Yet, as testimony to her strength and spirit, the humour and joy of life in Shika’s works are as strong as the rage, fear and frustration of the transwoman experience.
Her love of science fiction and music is represented in her works as equally as her politics. Her infatuation with colours meanwhile comes through in her continuous experiments for her drawings and illustrations, especially in her primary colour acrylic print series.
One lasting influence, however, is Japanese manga and anime, and pop art, as evident in the exhibition.
“I grew up in the 1980s, so I have absorbed and am warped by most of the 80s cartoon and pop culture.”
A common theme in her work is “tebabo”, which she says is a play on the comic onomoetopia for explosion.
Tebabo is the Malay version of “kapow”, “zoom” and “zing”, explains Shika.
“There are thousands words to describe many things but in Malay, the only word I can remember from childhood to describe the sound of an explosion is tebabo.”
Her explorations of her Malaysian identity has led her to incorporate the word tebabo in her works in Tamil, Chinese and Arabic, “like our street signs that we still have in many places in Malaysia”, she says.
A common theme in Shika’s work is Tebabo which she says is a play on the comic onomoetopia for explosion.
A common theme in Shika’s work is Tebabo which she says is a play on the comic onomoetopia for explosion.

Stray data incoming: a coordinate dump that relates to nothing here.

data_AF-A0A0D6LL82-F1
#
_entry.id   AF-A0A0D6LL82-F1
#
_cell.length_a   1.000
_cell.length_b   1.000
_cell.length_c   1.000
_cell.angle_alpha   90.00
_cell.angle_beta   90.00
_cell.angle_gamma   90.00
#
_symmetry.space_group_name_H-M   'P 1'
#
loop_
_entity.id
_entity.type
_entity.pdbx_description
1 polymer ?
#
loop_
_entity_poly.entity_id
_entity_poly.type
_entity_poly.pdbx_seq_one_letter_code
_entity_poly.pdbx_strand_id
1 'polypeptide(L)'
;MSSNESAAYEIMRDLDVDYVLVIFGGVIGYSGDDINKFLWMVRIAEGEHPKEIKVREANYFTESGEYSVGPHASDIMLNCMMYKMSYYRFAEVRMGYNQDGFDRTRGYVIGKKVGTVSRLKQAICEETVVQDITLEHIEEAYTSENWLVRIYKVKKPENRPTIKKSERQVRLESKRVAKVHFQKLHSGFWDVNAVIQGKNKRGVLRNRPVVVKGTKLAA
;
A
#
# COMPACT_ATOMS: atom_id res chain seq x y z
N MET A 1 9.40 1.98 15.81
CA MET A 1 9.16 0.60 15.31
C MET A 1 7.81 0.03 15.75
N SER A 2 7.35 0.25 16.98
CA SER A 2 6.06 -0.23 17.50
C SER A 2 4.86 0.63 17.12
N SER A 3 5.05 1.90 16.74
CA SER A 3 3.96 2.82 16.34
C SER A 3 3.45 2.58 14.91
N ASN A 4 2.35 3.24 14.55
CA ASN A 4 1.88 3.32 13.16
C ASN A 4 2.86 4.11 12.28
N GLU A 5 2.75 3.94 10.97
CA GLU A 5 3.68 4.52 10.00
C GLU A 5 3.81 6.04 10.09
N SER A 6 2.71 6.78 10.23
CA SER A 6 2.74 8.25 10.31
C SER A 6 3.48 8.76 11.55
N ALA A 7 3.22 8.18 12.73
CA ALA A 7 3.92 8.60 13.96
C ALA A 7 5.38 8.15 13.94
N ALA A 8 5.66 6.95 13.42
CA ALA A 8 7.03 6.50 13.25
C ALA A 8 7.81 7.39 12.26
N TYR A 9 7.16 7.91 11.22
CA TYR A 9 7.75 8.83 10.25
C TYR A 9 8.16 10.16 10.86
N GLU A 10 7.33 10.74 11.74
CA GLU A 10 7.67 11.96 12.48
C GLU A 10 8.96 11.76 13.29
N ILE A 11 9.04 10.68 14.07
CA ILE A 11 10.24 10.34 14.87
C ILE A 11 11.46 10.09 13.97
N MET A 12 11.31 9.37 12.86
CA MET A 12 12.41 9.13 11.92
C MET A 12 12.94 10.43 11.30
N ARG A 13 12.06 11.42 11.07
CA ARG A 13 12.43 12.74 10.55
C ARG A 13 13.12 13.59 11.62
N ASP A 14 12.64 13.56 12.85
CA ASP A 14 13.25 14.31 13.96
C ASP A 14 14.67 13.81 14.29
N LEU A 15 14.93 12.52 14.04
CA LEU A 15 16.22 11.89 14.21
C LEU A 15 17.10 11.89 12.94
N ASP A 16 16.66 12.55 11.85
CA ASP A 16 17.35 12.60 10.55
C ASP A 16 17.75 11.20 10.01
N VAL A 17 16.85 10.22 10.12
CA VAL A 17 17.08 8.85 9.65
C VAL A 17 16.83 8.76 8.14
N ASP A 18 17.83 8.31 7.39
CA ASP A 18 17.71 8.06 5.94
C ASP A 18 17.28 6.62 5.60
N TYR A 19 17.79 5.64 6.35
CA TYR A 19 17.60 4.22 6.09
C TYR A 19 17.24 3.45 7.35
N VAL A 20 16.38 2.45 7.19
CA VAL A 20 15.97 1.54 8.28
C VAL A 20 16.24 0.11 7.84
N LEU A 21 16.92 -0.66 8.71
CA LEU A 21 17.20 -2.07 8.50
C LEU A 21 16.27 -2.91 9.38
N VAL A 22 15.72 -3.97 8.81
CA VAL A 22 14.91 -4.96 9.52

Malaysiana as a reflection of a distant memory and nostalgia of her growing up years is also present in her art, “especially the junk food that I consumed and kedai runcit I went to a lot as a child,” she quips.
Her nostalgia for the 1980s was intensified with her travels in the last two years to Japan and Philippines, where she met and researched the transgender communities there.
“My travels reminded me even more strongly of my origins and roots, and their relation to my identity, which are coming out strongly in my works.”
The two countries also exposed her to different experiences of gender dysphoria, which is manifested in her work, namely Ms. Fit which calls for a new construct of the concept of womanhood.
“Some people are lucky enough to be born with synchronised gender and body but some people are born with their gender and body not aligned, like transwomen and transmen, so they live their whole lives trying to synchronise their outer self to the inner self and often have to go against the system in the world which is not balanced yet.
“In Ms.Fit, you can see how hard it is to fit in the society’s social construct of what a woman is supposed to be, so I say let’s destroy the old construct and build a new one,” says Shika.
Thus interwoven in the personal and the political of Buang Bayi is a sincere invitation for everyone to join her in the exploration of our gender identities.
Buang Bayi promises to be like a baby shower of sorts where visitors can also get their portrait drawn – in the opposite gender (or with no gender at all) – by the mother, Shika. There will also be zine-making and music composing workshops, as well as short film screenings.

Shika’s Buang Bayi is on at KerbauWorks, in Bangsar, KL till March 20. Facebook: KerbauWorks.